## Abstract

A sensory stimulus evokes activity in many neurons, creating a population response that must be “decoded” by the brain to estimate the parameters of that stimulus. Most decoding models have suggested complex neural circuits that compute optimal estimates of sensory parameters on the basis of responses in many sensory neurons. We propose a slightly suboptimal but practically simpler decoder. Decoding neurons integrate their inputs across 100 ms, incoming spikes are weighted by the preferred stimulus of the neuron of origin, and a local, cellular nonlinearity approximates divisive normalization without dividing explicitly. The suboptimal decoder includes two simplifying approximations. It uses estimates of firing rate across the population rather than computing the total population response, and it implements divisive normalization with local cellular mechanisms of single neurons rather than more complicated neural circuit mechanisms. When applied to the practical problem of estimating target speed from a realistic simulation of the population response in extrastriate visual area MT, the suboptimal decoder has almost the same accuracy and precision as traditional decoding models. It succeeds in predicting the precision and imprecision of motor behavior using a suboptimal decoding computation because it adds only a small amount of imprecision to the code for target speed in MT, which is itself imprecise.

## Introduction

In the cerebral cortex, information about a sensory stimulus or an impending movement is represented by the profile of activity across a population of neurons. Cortical neurons tend to be tuned for specific properties of a stimulus or movement, responding most for a preferred stimulus or movement and less in relation to how much the stimulus or movement differs from the preferred one. Because the exact stimulus or movement is encoded by which neurons are the most active, rather than the level of activity in the full population, we call the cortical representation a “place code.” For motor activity and perception, the place code present in any cortical area is converted, either explicitly or implicitly, to a “rate code,” in which properties of the sensory stimulus or motor act are represented in terms of the firing rate of individual neurons (Groh, 2001). Sensorimotor integration provides examples of explicit conversions from place to rate codes, for example, the conversion from the place code in the superior colliculus into a rate code for the generation of saccadic eye movements (Lee et al., 1988) or from the place code for visual motion in visual area MT into the cerebellar rate code that drives the initiation of smooth pursuit eye movements (Lisberger and Fuchs, 1978; Churchland and Lisberger, 2001).

Here, we ask how the brain decodes information in a place code to estimate a specific parameter of a sensory stimulus. Most of the decoding computations proposed in previous papers—such as “vector averaging” (Churchland and Lisberger, 2001), “maximum likelihood” (Jazayeri and Movshon, 2006), and more complicated statistical methods (Beck et al., 2008)—are motivated by considerations such as algorithmic elegance or theoretical optimality. They indicate how decoding could be performed in the brain. Our goal is to turn the conversation to implementation. Although it is possible that the brain extracts estimates optimally (Salinas and Abbott, 1994; Jazayeri and Movshon, 2006; Beck et al., 2008), our premise is that optimal computations may require neural circuits that are large and complex, posing a burden for biological implementation.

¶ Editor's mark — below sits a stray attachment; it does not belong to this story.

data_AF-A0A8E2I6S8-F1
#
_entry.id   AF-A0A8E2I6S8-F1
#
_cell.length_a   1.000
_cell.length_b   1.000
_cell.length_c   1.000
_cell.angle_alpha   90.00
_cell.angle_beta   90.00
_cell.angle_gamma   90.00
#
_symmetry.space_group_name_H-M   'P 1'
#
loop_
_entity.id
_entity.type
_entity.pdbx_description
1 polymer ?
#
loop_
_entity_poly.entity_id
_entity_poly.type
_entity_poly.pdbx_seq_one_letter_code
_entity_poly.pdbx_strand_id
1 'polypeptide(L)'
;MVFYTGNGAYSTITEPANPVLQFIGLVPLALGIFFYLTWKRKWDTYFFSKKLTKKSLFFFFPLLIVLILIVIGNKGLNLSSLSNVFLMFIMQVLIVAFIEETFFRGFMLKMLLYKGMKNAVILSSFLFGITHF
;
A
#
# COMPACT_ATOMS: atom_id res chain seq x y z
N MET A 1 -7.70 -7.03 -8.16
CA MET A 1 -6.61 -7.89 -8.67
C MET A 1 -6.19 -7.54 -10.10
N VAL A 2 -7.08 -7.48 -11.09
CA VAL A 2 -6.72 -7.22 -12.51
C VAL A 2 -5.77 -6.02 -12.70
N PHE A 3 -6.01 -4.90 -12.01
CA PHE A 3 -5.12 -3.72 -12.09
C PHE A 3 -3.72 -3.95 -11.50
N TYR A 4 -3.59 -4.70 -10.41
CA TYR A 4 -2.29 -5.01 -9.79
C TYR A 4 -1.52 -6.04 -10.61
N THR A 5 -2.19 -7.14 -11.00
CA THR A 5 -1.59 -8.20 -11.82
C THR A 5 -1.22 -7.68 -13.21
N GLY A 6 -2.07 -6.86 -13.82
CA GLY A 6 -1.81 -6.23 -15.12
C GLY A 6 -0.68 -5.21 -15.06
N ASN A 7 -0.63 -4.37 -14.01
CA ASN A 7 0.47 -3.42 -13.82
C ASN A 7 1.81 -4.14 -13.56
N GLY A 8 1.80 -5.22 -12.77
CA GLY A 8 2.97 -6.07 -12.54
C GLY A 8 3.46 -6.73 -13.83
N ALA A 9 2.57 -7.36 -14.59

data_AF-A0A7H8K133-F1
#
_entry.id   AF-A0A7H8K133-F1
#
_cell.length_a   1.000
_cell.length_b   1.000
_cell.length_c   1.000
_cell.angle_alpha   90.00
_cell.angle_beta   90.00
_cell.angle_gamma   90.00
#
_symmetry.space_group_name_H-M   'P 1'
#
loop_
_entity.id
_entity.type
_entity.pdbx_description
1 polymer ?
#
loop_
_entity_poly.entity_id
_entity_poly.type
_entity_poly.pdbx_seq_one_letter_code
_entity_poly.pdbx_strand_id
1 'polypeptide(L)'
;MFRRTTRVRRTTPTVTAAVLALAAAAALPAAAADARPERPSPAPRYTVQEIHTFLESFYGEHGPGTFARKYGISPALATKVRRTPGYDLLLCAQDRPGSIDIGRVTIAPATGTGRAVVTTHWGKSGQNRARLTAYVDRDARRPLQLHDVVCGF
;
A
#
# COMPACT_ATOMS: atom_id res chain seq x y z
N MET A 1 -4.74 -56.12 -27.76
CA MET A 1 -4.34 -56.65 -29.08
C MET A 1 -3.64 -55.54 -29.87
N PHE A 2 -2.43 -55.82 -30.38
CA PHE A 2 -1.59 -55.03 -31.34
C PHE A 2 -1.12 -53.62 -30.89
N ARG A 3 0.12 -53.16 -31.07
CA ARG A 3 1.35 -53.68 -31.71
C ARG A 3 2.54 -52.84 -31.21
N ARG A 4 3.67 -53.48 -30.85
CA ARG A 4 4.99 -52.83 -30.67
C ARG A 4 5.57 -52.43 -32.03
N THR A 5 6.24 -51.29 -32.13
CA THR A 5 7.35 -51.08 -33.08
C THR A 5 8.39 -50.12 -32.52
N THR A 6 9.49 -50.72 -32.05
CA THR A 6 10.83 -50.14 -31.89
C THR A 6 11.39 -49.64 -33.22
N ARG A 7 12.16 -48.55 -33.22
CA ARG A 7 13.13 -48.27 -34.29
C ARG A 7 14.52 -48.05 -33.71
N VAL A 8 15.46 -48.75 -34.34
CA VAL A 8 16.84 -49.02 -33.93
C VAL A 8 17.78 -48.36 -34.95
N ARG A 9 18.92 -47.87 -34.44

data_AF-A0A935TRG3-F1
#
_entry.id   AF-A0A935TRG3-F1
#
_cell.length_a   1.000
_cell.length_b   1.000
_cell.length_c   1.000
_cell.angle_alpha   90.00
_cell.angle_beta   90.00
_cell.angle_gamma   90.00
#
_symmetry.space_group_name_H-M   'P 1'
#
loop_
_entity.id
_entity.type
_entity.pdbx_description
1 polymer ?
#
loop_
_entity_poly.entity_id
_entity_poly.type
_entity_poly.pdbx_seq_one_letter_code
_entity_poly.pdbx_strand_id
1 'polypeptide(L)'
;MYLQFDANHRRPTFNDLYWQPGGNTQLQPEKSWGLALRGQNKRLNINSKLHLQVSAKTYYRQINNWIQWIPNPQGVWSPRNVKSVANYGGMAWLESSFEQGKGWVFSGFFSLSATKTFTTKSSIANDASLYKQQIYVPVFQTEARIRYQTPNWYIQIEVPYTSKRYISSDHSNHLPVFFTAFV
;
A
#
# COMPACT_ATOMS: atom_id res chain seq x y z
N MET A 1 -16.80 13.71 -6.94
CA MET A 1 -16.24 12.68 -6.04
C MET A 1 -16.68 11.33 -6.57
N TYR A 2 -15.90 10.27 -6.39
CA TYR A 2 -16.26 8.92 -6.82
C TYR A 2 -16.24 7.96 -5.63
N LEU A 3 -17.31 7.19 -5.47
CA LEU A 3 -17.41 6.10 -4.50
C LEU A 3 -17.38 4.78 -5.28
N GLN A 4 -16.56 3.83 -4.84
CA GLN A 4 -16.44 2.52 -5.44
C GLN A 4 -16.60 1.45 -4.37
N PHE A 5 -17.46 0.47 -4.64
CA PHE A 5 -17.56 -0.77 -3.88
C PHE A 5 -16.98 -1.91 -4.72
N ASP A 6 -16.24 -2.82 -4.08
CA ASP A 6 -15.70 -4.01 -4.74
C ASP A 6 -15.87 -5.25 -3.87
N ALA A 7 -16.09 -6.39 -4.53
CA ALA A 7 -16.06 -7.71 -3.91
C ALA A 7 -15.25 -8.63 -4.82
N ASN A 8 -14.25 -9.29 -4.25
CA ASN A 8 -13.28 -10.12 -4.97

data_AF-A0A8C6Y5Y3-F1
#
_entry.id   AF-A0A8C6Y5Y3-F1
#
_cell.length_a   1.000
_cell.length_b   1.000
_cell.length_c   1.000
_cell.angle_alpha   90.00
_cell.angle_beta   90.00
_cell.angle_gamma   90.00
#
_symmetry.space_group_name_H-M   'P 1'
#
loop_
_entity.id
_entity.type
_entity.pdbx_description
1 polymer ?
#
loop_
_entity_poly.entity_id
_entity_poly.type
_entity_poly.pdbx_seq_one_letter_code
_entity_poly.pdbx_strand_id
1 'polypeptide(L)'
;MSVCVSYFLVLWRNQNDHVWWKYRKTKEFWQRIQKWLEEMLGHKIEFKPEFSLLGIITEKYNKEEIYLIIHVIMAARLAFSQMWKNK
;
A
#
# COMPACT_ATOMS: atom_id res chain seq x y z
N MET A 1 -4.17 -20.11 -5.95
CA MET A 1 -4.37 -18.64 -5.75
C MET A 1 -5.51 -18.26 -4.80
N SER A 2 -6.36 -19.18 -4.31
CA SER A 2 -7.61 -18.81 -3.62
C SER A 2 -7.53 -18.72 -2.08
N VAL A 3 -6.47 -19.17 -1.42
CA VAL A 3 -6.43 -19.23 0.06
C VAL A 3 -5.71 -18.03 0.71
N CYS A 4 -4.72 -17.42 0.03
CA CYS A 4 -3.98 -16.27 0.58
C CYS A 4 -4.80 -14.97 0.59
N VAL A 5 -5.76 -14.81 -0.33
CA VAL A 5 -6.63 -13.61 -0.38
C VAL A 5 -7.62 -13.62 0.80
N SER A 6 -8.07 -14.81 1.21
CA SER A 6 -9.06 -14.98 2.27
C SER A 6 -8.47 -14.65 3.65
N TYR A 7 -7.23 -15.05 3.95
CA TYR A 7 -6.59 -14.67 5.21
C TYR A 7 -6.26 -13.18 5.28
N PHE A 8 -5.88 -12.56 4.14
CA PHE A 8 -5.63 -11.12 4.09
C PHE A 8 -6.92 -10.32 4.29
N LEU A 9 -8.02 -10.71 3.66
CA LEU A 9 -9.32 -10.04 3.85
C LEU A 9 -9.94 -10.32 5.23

Divisive normalization is a special case of this broader concern. Normalization has been used to account for many neural responses (Heeger, 1992; Simoncelli and Heeger, 1998; Bonin et al., 2005; Zoccolan et al., 2005; Solomon et al., 2006) but has been implemented using extensive neural circuitry to sum the population response and an as yet unproven mechanism to accomplish division (Groh, 2001; Chance et al., 2002). In the present paper, we propose a decoding model that is qualitatively different from previous models and decidedly suboptimal, yet works well. It estimates the parameters of a sensory stimulus from the occurrence of a few spikes in each of many noisy sensory neurons bases normalization on an imperfect estimate of the total population activity and implements division through a local, cellular mechanism of gain modulation.

## Materials and Methods

Much of work here is analytical. We sketch the derivations in Results and fill in details in Appendix. For the part that is based on simulations, we simulated the response of a model MT population with parameters adapted from Huang and Lisberger (2009). For target motion at speed *S* (in degrees per second), the mean response μ* _{k}* of the

*k*th cell (in number of spikes) is predicted by its tuning curve: where

*M*= 100 spikes/s is the maximum mean cell response (firing rate), and

*T*= 0.1 s is the length of the time window under consideration. The

*n*model neurons have a Fano factor equal to unity so that the variance of the response across trials is equal to its mean. The correlation

*C*between the output of the

_{kl}*k*th and

*l*th cells is required to satisfy the following: where

*r*= 0.36 is the maximum pairwise correlation among cells. Cells with similar speed tuning have larger noise correlations, which fall off with “distance” constant αλ, expressed in terms of the full range of the cell tunings (λ = log

_{2}